BLACKFOOT – The Teton House restaurant came to Blackfoot in a whirlwind last year and looked like it would quickly become a local favorite. However, just as quickly as it arrived, it went away in December. Now, they are working to return to Blackfoot, but in a more historic part of town.
Owner and operator Leo Hancock along with engineer Zac Filmore addressed members of the Blackfoot Urban Renewal Agency (BURA) Tuesday morning regarding a potential business location in Blackfoot just south of City Hall that currently houses the New Frontier, a bar owned and operated by a private company, and Hancock has been in contact with them regarding purchasing the location along with the liquor license.
In previous discussion, it was believed that the Teton House was exploring the option of leasing space in the historic Milmor Hotel building, but after discussions and potential other possibilities, Hancock decided that acquiring a liquor license along with purchasing instead of leasing would be the better option for him, so he had designs drawn.
Filmore presented to the members of BURA the concept of the location, including how the space of the three parcels in the purchase plan would be utilized. The basement would be used for storage because it would not be safe to use it for much of anything else as well as leaving the apartments above the bar location as is. They have no intention of using renovation funds on space that cannot be utilized for economic growth.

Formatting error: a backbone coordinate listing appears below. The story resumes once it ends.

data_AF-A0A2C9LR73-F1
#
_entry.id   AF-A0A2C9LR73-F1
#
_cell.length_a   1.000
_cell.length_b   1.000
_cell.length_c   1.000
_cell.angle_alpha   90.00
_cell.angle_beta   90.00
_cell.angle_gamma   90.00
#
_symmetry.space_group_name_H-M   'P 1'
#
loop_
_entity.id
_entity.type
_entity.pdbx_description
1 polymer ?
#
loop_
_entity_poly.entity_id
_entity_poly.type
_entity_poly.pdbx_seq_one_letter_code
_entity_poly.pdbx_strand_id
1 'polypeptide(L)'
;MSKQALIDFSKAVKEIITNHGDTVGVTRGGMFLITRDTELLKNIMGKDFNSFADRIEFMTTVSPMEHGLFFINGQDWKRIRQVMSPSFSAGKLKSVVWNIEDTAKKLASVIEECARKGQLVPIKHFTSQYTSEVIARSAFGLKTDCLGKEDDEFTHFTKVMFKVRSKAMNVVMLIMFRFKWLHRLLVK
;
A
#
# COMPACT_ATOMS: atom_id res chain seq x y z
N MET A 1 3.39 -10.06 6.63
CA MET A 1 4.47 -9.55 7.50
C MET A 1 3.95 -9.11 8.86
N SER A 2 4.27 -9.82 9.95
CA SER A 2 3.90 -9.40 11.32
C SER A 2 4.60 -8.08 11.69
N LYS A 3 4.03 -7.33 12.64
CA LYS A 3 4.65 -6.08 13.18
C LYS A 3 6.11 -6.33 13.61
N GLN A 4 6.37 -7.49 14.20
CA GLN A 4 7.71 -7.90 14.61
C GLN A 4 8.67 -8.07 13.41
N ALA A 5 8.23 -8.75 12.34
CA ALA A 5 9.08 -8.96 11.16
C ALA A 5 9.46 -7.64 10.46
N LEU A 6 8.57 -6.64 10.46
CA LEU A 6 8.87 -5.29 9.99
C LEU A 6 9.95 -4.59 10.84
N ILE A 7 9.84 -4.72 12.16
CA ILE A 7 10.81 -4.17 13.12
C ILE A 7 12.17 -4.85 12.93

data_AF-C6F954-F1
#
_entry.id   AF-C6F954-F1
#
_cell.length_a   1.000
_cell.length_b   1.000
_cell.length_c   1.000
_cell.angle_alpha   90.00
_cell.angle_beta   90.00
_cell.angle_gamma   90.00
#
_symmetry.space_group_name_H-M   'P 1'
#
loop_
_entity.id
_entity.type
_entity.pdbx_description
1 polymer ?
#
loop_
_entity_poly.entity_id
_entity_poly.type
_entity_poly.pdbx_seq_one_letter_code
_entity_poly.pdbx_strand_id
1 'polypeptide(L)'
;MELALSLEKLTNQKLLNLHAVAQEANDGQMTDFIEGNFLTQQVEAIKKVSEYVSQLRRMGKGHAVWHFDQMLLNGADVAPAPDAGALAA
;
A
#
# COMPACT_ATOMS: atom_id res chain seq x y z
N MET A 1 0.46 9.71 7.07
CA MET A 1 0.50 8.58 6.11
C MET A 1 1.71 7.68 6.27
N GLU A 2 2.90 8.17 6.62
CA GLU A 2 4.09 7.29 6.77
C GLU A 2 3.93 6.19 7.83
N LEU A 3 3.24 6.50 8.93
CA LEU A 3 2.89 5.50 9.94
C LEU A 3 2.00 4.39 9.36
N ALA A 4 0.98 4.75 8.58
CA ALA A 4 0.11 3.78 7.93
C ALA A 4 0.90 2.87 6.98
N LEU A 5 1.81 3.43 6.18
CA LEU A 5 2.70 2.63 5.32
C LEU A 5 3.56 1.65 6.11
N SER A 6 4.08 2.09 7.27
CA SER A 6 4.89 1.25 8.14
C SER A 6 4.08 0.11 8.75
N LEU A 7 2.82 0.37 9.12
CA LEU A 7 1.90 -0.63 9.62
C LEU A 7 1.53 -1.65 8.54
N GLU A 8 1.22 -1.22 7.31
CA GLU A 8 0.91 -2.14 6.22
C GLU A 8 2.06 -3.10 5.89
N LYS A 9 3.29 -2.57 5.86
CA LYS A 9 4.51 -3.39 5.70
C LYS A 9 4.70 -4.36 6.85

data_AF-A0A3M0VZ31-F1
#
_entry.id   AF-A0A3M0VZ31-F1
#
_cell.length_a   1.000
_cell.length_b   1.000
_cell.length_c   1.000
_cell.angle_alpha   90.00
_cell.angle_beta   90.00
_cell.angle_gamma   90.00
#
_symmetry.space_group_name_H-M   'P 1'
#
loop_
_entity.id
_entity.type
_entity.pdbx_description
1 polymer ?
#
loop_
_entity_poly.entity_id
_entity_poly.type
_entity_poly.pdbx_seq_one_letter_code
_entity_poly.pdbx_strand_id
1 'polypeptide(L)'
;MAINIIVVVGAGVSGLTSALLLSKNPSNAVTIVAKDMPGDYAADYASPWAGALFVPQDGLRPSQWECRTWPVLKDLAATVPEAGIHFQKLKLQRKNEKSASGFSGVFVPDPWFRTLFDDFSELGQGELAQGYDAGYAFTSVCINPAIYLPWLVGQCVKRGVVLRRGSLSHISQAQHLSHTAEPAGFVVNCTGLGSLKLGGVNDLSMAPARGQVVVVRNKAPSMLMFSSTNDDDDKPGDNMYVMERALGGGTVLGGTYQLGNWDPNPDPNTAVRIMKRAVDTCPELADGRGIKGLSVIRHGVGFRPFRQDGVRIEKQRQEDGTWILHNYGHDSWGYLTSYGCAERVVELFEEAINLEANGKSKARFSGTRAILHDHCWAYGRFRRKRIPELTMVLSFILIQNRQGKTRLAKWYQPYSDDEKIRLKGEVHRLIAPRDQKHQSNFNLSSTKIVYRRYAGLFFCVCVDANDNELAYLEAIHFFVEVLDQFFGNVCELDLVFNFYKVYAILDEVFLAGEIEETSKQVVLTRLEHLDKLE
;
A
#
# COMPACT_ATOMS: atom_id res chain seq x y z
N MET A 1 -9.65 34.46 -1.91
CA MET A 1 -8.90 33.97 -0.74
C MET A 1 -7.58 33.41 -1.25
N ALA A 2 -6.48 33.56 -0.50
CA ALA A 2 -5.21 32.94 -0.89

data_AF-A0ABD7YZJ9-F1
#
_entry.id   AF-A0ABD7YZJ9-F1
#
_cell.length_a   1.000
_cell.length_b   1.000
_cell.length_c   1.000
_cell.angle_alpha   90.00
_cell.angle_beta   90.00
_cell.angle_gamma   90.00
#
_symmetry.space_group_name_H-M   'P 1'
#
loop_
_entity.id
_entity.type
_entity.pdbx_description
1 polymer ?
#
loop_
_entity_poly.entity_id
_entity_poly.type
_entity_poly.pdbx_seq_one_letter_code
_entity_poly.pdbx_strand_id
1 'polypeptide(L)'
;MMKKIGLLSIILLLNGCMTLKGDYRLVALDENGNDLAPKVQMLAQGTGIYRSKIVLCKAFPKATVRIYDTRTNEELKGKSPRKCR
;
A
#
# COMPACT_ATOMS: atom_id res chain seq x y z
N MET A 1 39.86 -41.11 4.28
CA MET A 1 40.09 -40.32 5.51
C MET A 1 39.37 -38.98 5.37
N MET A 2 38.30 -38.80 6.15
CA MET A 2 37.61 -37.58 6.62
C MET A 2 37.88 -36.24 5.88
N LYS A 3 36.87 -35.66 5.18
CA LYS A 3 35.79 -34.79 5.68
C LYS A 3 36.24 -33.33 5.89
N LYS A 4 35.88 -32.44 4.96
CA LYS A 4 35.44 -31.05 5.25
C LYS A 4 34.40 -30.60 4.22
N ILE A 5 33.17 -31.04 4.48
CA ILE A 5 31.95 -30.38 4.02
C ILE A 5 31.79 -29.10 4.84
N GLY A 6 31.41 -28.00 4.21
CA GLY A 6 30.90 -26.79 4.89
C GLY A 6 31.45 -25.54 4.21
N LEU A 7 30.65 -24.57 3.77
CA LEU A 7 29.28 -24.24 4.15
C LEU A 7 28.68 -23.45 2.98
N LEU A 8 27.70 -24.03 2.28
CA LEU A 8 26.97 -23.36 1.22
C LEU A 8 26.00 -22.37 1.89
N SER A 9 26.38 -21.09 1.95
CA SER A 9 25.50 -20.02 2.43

Hancock explained to the members of BURA that his plan of going forth with attempting to obtain the property from the current owners hinged on BURA supporting the idea. After the support was established, the discussion turned to finances.
Filmore noted that the total cost of the facades, blight and economic development would be a total of $1.5 million. The amount requested from BURA would be one-third of the total cost for all renovations, blight removal, and facade updates. Chairman Scott Reese asked about the location being multiple parcels, which the response would be affirmed, meaning that BURA would recuperate funds from any grants provided on three taxable properties rather than one.
BURA members also asked Hancock why he chose Blackfoot for his second restaurant, and he replied that he wanted to anchor himself between Pocatello and Idaho Falls to provide more reasons for people to come to Blackfoot to enjoy what it has to offer as well as providing a more white-collar-like establishment when it comes to quality, but not make the farmer coming off of the field uncomfortable in coming in with their farm clothes on.
Hancock said he wants to create an inviting location for all to enjoy while offering a different meal experience in town.
The BURA members expressed appreciation for his business and feel that his restaurant would provide a good anchor for the historic downtown part of Blackfoot. Following discussion they voted in favor of approving the grants, with the contingencies of Hancock securing the property from the current owners as well as a financial report for expected expenditures.